I live in a medium-sized city. Like most medium-sized cities, it's desperate to grow itself into a huge city, so it can get even more marketing-driven horseshit. Personally, I would prefer to live in an even smaller city. I don't care if there is no Anthropologie, Urban Outfitters or whatever. As long as it had plenty of trees and a couple of good coffee shops and restaurants, I could live in BF, Egypt.

And if it didn't have an airport, that would be fine, too.

Monday, November 22, 2010

Happy Birthday

Today is the fifth anniversary of this blog.

Saturday, November 20, 2010

Saturday night

"A Buddha is a person who has no more business to do and isn't looking for anything. In doing nothing, in simply stopping, we can live freely and true to ourselves and our liberation will contribute to the liberation of all beings."

— Thich Nhat Hanh

Dog Toys

I occasionally let a friend leave her dog here when she travels. During a visit a couple of months ago, she left a squeaking dog toy here, and my dog Bailey fell in love with it. I mean, it's not the deep level of profound love you'd experience at a meditation retreat, but she's still pretty fond of it. I bought her a toy of her own — a squeaking hedgehog — and she likes it, too.

I have never before had a dog that cared anything about toys.

Friday, November 19, 2010

It Is Your Mind That Moves

There's a famous old zen story about two monks watching a flag blowing in the wind.

"It's the flag that moves," one monk said.

"It's the wind that moves," the other argued.

The abbott came walking by. "It's your mind that moves," he told them.

When I obsess about some woman from years past, it's my mind that moves. When I work myself into a rage over the state of the nation, it's my mind that moves. When I fret about my lack of productivity, it's my mind that moves.

More on Being Productive

what counts as "productive"? do you count all the work you've done improving your house and back yard and garage as unproductive? is blogging unproductive? is cleaning out all the crap from your house unproductive? is reading and improving your understanding of the world around you unproductive? is having friendships you nurture unproductive? I have a problem with the premise, obviously.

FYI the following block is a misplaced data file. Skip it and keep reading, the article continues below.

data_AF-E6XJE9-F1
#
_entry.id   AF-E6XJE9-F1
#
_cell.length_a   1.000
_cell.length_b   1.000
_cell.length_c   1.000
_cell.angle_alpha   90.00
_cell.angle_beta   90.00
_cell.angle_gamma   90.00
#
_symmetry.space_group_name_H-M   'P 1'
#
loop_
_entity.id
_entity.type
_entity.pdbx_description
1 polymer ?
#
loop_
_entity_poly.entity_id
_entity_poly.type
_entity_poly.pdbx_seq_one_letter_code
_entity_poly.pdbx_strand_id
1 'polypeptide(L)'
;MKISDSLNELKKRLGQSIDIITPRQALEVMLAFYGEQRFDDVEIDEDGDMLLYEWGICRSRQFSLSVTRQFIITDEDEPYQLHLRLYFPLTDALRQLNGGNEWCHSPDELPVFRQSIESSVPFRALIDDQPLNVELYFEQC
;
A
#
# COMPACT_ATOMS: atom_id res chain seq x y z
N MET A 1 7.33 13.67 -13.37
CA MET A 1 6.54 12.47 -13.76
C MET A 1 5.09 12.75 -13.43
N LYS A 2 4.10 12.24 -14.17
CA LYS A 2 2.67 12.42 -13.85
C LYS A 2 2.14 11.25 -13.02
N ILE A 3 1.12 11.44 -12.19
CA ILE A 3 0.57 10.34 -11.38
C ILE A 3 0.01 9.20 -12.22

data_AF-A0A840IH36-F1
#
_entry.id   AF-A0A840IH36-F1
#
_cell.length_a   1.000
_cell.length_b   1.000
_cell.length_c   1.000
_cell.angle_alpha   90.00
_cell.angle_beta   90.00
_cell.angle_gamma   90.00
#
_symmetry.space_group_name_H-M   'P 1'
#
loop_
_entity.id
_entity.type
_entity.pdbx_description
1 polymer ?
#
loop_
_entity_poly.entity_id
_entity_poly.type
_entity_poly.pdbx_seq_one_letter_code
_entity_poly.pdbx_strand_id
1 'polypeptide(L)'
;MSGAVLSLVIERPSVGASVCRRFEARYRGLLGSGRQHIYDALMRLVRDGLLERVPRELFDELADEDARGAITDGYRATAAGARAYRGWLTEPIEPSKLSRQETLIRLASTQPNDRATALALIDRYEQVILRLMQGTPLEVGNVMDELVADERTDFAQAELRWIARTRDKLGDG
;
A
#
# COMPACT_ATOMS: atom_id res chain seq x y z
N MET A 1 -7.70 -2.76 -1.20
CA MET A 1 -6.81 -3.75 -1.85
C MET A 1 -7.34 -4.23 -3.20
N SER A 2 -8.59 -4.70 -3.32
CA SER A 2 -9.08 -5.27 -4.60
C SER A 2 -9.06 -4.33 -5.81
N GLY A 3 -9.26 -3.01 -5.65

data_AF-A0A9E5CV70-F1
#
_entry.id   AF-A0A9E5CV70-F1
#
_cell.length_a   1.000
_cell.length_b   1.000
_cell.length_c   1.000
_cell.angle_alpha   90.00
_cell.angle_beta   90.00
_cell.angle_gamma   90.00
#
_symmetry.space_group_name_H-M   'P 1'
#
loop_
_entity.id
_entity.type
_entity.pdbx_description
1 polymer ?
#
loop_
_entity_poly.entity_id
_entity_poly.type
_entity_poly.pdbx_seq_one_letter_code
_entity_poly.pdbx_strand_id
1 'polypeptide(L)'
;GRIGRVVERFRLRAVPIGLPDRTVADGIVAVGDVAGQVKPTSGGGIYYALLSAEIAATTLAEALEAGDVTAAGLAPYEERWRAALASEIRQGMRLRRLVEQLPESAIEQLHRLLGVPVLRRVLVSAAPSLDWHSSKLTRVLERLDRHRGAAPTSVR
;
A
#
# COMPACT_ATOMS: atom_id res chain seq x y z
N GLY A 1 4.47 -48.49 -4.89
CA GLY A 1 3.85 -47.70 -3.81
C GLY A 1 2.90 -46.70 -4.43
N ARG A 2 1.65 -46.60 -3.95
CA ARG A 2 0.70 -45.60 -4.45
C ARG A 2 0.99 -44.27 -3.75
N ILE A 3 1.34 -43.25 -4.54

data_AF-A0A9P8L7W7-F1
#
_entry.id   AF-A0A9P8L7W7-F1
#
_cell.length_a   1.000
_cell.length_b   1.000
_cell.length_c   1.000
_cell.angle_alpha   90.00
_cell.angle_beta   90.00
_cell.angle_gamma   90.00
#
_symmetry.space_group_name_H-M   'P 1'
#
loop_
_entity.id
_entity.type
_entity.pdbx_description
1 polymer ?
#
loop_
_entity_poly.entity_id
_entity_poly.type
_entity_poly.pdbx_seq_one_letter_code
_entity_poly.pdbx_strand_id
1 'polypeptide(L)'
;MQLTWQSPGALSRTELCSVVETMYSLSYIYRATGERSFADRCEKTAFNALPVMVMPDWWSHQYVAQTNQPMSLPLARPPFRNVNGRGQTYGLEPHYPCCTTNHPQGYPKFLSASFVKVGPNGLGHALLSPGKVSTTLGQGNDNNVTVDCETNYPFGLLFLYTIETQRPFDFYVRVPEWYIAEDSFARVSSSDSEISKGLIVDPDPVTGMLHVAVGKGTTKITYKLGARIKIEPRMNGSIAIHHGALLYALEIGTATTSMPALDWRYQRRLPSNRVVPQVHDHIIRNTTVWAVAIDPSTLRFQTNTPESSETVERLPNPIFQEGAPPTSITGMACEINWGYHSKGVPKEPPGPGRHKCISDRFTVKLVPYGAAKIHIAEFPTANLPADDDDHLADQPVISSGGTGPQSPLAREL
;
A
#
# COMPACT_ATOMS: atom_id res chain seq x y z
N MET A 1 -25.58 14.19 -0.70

Blogblah! raises some valid points in his comment to my 'Boredom' post. I don't consider the work I've done on the house unproductive, but I was thinking in terms of things I've done myself, as opposed to things I've paid to have done.

House cleaning and decluttering is productive, but I think of that as more in the realm of regular maintenance.

But John is correct, I think, in suggesting that my philosophical pursuits have been productive, and that my friendships have been productive. I think I've been a better friend in the past few years than I've been during most of my life.

I have many friends who produce tangible, creative things. Sculptures. Paintings. Textiles. Songs. I was basically lamenting in my previous post that although I also have the ability to produce tangible, creative things, I have no motivation to do it. Over the past few years, my motivation has gone from 'low' to 'zero'.

Thursday, November 18, 2010


It occurred to me Tuesday that I have not done a single productive thing, other than routine maintenance, in about two-and-a-half years. I guess you could classify last year's Tennessee trip as a productive thing, in the sense that it wasn't just another day of me eating and sleeping around the house, but that's the only thing.

I don't feel guilty about it at all, but I do have this sudden feeling of unease, or something like it.

I don't want to die, but living is boring. I feel like I'm stuck at the airport for a layover, twiddling my thumbs until the next leg of my journey — which probably is death. I know that finding stuff to do, whether it's a hobby or public service or something else, isn't going to change that. One of the frequent themes of this blog has been that most of us find life meaningless and boring, and we anesthetize ourselves to that with an extraordinary array of distractions, from TV and movies to video games to porn to extreme sports. I have seen through that, though, and entertainment generally holds no attraction for me. Obviously some people get all the fulfillment they need from Dancing With the Stars or whatever, but that doesn't get it done for me.